- Scott Powers, ESPN Staff Writer
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On the next pitch, Crain threw a fastball right down the middle which Carrera laid off. The pitch was called for a strike, and White Sox’s fans cheered loudly.
It wasn’t even that Crain was struggling; he was throwing to his first batter. He was just paying the price for all of his teammates’ struggles. It was just one of those nights for the team’s staff.
The White Sox’s pitchers combined to walk a season-high 12 hitters in a 6-4 loss to the Indians at U.S. Cellular Field. The previous high this season was nine.
“Just too many walks,” White Sox catcher A.J. Pierzynski said. “You can’t walk that many guys and continue to give them base runners. Eventually they will cash some in. It’s not frustrating. It’s just the way it was.”
White Sox pitcher Hector Santiago, who was making a spot start, endured the control problems first, walking four hitters in 3 1/3 innings.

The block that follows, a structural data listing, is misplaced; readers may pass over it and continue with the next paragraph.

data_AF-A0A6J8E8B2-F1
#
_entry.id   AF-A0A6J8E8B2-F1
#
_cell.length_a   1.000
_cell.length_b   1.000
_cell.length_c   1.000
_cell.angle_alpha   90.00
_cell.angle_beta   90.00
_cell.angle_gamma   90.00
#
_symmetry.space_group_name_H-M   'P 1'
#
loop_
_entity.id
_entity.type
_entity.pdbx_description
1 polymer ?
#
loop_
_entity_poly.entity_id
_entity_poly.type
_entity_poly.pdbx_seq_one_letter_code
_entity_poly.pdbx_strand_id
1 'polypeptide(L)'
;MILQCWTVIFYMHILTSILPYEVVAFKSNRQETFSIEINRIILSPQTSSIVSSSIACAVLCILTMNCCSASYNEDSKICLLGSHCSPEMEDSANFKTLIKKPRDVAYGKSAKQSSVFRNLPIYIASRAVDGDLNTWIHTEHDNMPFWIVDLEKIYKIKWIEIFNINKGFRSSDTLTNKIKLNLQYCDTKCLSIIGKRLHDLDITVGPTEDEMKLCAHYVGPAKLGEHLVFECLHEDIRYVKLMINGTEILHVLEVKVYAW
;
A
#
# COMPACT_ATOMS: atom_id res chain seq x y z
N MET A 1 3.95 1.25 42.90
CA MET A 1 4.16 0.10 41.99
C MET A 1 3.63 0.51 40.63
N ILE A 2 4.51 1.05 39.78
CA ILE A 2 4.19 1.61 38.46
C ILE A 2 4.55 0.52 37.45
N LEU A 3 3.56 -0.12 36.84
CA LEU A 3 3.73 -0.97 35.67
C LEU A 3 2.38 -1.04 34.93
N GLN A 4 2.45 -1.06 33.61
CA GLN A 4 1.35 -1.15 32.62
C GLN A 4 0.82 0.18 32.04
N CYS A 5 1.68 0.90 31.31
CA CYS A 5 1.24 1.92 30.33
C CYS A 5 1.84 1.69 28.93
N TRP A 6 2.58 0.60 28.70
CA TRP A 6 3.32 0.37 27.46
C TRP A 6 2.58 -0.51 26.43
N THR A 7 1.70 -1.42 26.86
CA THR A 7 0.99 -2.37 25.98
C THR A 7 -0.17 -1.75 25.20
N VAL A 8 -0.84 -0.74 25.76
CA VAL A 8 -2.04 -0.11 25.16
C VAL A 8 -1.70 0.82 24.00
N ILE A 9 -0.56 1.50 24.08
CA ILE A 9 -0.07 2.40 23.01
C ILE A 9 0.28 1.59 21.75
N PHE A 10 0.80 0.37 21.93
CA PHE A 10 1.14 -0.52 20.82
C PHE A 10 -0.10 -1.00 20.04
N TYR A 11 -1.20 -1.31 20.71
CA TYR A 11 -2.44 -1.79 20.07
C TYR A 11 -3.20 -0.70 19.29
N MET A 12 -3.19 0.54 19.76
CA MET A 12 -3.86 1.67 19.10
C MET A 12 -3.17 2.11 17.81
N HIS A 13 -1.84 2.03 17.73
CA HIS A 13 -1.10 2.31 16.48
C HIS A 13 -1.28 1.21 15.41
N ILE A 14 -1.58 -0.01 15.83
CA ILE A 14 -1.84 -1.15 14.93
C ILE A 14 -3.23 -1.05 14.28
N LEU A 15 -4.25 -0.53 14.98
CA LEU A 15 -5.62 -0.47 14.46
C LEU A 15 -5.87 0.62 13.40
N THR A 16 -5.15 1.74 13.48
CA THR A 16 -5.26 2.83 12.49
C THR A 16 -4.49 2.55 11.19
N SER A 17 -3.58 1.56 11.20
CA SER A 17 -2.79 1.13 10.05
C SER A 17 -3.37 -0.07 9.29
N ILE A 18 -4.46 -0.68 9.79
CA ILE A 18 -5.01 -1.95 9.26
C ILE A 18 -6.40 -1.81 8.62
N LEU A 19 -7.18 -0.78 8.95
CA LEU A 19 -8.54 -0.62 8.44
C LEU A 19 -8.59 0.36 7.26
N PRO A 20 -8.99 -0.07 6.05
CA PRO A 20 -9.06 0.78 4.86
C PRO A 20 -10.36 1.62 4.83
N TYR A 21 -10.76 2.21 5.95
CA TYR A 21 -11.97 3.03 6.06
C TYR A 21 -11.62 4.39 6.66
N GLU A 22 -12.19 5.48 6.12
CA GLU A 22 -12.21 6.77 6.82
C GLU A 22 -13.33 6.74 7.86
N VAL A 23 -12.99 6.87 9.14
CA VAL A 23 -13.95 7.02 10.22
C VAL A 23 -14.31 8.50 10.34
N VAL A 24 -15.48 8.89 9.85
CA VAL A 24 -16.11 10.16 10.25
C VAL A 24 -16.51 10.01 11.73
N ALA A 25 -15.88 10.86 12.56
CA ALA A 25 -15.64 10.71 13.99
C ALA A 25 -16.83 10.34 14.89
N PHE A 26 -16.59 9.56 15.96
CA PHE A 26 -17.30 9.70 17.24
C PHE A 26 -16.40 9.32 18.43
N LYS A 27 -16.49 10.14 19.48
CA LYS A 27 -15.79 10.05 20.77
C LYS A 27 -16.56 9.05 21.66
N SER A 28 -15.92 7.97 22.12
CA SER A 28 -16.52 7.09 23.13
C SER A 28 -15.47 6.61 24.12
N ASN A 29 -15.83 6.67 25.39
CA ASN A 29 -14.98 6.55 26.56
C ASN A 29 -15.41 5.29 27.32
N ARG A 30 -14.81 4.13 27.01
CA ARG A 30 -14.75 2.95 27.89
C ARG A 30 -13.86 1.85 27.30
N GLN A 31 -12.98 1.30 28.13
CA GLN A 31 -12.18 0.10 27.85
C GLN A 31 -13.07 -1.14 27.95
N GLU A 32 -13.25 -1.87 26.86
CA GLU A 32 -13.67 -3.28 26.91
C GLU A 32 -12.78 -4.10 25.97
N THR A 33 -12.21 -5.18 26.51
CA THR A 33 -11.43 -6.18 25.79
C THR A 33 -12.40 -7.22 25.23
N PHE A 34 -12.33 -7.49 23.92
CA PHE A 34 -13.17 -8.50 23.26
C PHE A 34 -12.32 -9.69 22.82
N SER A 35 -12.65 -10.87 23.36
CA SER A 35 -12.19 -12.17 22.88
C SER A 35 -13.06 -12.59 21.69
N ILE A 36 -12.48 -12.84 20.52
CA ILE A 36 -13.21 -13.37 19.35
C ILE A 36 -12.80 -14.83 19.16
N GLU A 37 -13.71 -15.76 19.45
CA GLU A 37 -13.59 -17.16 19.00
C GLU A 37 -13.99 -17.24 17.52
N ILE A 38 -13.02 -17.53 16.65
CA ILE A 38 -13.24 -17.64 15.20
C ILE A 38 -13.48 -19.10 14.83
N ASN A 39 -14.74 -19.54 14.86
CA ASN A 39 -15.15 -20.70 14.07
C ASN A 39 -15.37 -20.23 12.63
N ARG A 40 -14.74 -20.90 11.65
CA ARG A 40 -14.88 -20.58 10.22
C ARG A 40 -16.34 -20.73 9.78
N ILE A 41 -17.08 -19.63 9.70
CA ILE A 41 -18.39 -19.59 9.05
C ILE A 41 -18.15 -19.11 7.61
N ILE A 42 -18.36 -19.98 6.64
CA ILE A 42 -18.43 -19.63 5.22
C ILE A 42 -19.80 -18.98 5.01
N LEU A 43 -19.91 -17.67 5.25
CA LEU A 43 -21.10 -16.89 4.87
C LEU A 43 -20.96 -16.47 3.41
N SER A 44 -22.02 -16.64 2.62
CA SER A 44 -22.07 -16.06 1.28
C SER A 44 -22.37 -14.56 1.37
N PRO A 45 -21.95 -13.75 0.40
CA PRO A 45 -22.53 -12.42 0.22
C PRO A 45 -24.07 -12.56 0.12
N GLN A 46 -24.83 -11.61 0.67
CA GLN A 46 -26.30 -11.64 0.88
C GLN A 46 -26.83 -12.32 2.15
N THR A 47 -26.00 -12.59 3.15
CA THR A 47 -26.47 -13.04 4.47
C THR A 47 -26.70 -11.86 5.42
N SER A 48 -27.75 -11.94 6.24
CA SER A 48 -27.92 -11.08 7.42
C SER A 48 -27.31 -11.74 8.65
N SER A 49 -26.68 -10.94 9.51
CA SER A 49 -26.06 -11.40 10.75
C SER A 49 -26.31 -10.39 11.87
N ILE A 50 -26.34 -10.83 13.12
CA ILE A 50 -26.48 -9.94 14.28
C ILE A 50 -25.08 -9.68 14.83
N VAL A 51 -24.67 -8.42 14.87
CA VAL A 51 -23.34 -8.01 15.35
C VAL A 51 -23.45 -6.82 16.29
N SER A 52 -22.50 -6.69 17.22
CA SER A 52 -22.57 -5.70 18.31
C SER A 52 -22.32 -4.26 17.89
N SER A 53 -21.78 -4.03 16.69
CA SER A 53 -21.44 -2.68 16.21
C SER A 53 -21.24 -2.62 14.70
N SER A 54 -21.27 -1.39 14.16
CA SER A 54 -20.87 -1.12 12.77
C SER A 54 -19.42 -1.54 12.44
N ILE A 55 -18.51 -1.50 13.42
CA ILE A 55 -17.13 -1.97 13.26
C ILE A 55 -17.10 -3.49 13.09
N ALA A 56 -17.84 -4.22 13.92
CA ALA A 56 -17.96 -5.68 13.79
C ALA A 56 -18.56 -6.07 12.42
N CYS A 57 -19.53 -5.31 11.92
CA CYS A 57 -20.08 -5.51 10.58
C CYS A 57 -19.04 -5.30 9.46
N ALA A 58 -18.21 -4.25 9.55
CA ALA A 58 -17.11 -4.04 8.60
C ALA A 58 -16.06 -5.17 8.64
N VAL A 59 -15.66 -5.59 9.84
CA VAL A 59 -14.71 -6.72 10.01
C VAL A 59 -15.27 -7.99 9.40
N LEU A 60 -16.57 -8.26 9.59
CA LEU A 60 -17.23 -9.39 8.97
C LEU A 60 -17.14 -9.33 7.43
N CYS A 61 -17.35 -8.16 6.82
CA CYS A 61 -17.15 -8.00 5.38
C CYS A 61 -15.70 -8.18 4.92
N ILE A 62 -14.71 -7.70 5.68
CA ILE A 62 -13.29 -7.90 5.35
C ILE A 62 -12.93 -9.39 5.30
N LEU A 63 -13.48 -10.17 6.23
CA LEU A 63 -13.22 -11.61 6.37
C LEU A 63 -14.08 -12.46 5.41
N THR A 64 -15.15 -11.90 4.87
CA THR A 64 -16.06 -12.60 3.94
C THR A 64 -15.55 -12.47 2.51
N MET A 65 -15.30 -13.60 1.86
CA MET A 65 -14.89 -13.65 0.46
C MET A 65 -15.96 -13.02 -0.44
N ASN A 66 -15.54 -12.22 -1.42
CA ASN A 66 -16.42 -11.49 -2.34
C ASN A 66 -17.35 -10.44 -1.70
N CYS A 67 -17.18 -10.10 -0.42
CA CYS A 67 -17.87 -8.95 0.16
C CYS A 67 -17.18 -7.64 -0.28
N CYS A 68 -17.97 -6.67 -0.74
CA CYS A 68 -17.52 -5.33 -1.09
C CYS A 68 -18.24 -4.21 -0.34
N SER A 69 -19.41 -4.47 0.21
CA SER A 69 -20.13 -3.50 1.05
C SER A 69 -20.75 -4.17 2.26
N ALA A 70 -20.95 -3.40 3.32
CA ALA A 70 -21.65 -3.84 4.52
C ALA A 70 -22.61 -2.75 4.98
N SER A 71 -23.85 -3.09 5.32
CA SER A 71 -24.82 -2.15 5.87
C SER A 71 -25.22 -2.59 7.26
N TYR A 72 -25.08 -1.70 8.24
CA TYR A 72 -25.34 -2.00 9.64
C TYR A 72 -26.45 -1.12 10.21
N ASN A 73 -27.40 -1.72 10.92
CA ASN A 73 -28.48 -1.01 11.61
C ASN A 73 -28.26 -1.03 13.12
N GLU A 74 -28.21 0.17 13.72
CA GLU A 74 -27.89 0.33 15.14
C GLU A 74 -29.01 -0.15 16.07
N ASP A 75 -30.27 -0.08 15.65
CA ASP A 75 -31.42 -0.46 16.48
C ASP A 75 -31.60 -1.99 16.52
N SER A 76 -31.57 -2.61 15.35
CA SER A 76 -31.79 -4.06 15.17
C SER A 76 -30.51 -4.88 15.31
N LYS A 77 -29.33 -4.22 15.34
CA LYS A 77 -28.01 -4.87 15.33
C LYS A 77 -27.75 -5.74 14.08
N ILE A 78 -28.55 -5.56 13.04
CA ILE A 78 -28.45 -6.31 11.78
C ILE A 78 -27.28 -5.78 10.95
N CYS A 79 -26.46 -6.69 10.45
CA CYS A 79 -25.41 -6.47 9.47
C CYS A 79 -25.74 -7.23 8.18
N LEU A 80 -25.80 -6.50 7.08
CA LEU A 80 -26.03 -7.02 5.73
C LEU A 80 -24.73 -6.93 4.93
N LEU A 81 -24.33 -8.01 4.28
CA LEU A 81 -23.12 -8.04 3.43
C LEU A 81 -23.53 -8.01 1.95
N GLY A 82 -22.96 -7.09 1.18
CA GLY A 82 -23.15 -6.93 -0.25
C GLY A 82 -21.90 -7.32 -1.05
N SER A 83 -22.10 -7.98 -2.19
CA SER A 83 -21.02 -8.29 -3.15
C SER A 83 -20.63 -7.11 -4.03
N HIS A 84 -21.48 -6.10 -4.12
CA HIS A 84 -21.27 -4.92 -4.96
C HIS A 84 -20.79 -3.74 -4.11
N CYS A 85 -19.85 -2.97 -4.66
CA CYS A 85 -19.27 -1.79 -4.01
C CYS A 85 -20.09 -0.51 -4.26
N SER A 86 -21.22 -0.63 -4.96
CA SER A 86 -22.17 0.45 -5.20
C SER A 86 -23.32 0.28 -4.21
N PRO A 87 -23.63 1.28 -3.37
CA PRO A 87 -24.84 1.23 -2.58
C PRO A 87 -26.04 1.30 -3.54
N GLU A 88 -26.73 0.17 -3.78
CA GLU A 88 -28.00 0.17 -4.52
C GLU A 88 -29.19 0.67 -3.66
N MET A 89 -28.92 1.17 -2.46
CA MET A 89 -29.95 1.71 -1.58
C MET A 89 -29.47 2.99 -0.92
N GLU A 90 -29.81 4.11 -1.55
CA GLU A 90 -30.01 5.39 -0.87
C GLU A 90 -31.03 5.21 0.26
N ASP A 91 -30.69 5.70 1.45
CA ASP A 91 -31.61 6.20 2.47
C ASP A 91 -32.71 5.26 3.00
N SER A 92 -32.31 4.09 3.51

“I felt like I was around the zone,” Santiago said. “I didn’t get a few to go my way early, that kind of changed the mentality of how to attack guys and nibble, nibble, nibble and get people to chase instead of going after them.”
Brian Omogrosso pitched next and walked two in 1 1/3 innings. Donnie Veal walked one in a 1/3 inning. Nate Jones added two walks in 1/3 inning. Matt Thornton walked two more in 1 1/3 innings. Finally, Brett Myers walked one in 1 1/3 innings. Crain was the sole White Sox’s pitcher not to walk anyone.
“There was some of (them being too careful),” said White Sox manager Robin Ventura, whose pitchers threw 217 pitches. “You get in situations where you’re trying for a little more than you need to do. There was a lot of tough situations tonight, and they were either looking for a strikeout or trying to make the perfect pitch and you get behind.”
“He’s the guy you want going,” White Sox first baseman Paul Konerko said. “Jake throws strikes. He’s been our horse all year, him and Chris (Sale). He doesn’t have to do any more than he’s been doing. Just go out and throw a solid game.”